WARNING! THIS ARTICLE CONTAINS SPOILERS FOR THE EPISODE ‘HEAVEN SENT’
It’s safe to say there’s been no other ‘Doctor Who’ episode like ‘Heaven Sent’. It’s certainly one to watch again repeatedly to catch all the subtleties missed the previous time – although 2 billion repeat viewings to get the full flavour of the Doctor’s experience might be a bit much. I will admit though, the morning after my first viewing when there were a couple of questions still in my head, I googled for explanations before sitting down to watch the episode again. I couldn’t find an article specifically dedicated to an explanation of ‘Heaven Sent’ so I thought the thing to do would be to scratch my own explanations in the sand for anyone who can’t commit to sitting down for another 55 minutes to get answers.
What is the castle?
As seen at the end, the castle is inside the Doctor’s Confession Dial, which we can now explain as, rather than a container for confessions, a place where the owner is put inside to force confessions out of them as the only way to stop the Veil is to confess deeply-held secrets. It then rewards the captive for confessing by moving the castle to take them to a place of rest – such as a bedroom with a picture of someone they love. But then they quickly bring the Veil back to bring them out of a place of comfort, a technique matching the description of a torture chamber. The Doctor, however, finds a loophole which allows him to escape. But it, er, takes a while.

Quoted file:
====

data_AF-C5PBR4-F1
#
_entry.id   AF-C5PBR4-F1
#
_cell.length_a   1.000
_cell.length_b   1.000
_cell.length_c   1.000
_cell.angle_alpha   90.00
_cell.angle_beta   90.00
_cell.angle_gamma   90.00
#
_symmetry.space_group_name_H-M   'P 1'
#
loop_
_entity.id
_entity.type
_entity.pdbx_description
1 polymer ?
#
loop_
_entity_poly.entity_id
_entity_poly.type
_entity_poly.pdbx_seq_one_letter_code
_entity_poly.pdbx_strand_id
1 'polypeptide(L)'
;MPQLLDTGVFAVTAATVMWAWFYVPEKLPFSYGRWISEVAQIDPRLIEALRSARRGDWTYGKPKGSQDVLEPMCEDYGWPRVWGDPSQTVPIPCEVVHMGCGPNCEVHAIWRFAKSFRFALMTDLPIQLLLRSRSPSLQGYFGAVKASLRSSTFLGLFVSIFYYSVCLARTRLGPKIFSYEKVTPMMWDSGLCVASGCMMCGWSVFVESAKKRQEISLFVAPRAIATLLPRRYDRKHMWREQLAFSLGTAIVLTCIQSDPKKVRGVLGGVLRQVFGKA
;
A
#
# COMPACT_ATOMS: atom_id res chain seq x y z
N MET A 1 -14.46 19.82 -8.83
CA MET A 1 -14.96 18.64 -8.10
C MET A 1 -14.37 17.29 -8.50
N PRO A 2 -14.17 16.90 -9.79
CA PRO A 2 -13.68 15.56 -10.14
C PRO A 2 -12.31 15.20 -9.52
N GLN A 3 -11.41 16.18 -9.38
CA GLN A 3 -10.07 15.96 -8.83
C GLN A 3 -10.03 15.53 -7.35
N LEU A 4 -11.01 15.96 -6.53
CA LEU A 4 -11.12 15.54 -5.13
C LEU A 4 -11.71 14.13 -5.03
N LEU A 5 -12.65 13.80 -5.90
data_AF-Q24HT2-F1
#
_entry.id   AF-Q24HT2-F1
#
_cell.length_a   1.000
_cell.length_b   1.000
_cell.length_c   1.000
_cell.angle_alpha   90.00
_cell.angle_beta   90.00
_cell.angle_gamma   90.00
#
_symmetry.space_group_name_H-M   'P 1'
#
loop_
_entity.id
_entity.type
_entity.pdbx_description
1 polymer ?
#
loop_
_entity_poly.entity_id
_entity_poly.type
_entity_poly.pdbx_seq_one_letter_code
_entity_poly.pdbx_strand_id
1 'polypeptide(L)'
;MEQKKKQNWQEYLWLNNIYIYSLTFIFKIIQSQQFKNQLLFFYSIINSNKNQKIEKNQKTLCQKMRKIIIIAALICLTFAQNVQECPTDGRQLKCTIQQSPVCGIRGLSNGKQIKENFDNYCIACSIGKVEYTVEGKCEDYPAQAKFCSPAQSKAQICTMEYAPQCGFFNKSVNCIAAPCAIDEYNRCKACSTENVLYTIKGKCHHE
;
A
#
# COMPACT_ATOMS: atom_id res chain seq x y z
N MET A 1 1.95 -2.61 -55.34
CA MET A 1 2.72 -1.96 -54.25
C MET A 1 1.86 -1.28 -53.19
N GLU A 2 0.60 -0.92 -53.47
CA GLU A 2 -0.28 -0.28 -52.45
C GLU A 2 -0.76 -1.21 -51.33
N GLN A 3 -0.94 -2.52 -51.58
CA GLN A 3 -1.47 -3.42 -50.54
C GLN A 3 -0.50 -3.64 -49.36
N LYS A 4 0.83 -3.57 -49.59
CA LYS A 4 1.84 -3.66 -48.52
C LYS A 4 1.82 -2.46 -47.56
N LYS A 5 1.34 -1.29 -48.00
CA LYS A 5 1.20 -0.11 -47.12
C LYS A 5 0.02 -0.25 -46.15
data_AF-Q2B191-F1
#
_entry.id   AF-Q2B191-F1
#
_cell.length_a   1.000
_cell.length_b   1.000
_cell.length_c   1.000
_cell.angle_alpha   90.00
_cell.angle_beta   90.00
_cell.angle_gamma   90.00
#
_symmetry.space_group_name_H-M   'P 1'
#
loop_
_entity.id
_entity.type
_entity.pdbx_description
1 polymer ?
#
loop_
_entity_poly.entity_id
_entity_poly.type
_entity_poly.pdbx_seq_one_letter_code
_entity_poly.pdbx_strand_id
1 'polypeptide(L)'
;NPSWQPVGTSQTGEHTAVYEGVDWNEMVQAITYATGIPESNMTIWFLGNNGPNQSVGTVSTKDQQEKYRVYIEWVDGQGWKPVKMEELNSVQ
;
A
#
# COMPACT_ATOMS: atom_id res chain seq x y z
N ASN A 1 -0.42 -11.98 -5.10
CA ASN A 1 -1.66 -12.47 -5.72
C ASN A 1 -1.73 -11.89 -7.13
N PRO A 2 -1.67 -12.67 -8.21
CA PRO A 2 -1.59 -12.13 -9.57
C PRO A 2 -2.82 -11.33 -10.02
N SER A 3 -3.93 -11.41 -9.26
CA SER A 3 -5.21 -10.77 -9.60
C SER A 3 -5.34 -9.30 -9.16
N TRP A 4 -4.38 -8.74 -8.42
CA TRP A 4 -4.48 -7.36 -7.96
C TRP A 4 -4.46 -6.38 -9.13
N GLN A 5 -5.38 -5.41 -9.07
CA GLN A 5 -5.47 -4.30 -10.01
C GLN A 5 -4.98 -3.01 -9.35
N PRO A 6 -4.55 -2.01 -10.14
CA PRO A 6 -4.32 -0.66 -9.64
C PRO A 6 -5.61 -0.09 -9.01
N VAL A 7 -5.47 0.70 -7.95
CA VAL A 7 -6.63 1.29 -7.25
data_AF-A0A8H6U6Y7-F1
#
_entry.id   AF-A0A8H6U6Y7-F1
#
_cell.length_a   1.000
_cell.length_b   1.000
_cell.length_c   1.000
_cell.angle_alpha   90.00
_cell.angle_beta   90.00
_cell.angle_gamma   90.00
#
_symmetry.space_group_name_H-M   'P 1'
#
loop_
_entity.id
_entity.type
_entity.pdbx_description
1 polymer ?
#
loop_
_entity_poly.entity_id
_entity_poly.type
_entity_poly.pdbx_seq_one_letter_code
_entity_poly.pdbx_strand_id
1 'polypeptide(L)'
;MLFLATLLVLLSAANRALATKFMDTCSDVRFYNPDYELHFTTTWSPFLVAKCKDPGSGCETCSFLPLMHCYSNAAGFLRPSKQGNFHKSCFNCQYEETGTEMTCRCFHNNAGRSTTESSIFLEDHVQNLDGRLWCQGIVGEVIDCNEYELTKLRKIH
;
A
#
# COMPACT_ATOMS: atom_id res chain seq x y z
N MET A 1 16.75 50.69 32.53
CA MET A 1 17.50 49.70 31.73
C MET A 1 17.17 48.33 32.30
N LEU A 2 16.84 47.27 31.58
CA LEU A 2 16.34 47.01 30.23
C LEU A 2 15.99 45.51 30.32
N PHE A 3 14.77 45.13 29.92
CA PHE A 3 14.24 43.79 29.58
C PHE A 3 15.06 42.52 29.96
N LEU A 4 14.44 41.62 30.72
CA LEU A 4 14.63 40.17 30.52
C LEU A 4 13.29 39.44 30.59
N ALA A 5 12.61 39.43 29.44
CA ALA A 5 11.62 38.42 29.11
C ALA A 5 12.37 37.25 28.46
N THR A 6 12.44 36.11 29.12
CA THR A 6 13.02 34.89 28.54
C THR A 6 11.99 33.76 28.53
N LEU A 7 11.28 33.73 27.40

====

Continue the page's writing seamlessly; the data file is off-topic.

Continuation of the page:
How long was the Doctor in the castle?
The reveal near the end of the episode tells us that the Doctor stays in the castle for a matter of days – at a time, that is. He explores the same rooms again and again, finding the same clues and reaching the same conclusions. In one moment he looks up at the night sky and works out the date – 7000 years since the events of ‘Face The Raven’. He is then then is fatally wounded and, resisting regeneration, the Doctor triggers the teleporter he arrived in to materialise a copy of himself kept in its system before he dies. Each subsequent copy goes through the same experiences safe for a few differences – later copies look at the stars and calculate the time passed as ‘fifty million years’, ‘600 million years’ and finally ‘2 billion years’. Assuming that the days in the castle are roughly 24 hours, let’s call each experience a week. That’s at least 52 Doctors a year, and over 2 billion years that’s a minimum of 104 billion individual experiences in the castle.
What is the Veil?
The Veil is a device used by the Confession Dial to scare the captive into confessing their secrets. It takes a particularly deep fear and gives it life so that the captive would do anything to stop it, even reveal things they never would otherwise. The Veil’s appearance is born from a childhood event the Doctor describes – seeing an old lady who had died wrapped in a shroud and covered in flies. We see it die as the Doctor makes his escape, presumably because its purpose was at an end.
Where did the clothes come from?
In the moment where the Doctor finds identical clothes to his own sopping wet ones, I assumed it was a time loop of some sort, and presumably he did too as he makes sure the clothes he has changed out of are in the same position as the ones he found. So each copy changes into the clothes the previous one left behind. By this logic, however, there would be a version of the Doctor who left his clothes for the next copy to find, but had nothing to change into, so presumably went through the rest of his experience in the castle completely starkers.
What does ‘Bird’ mean?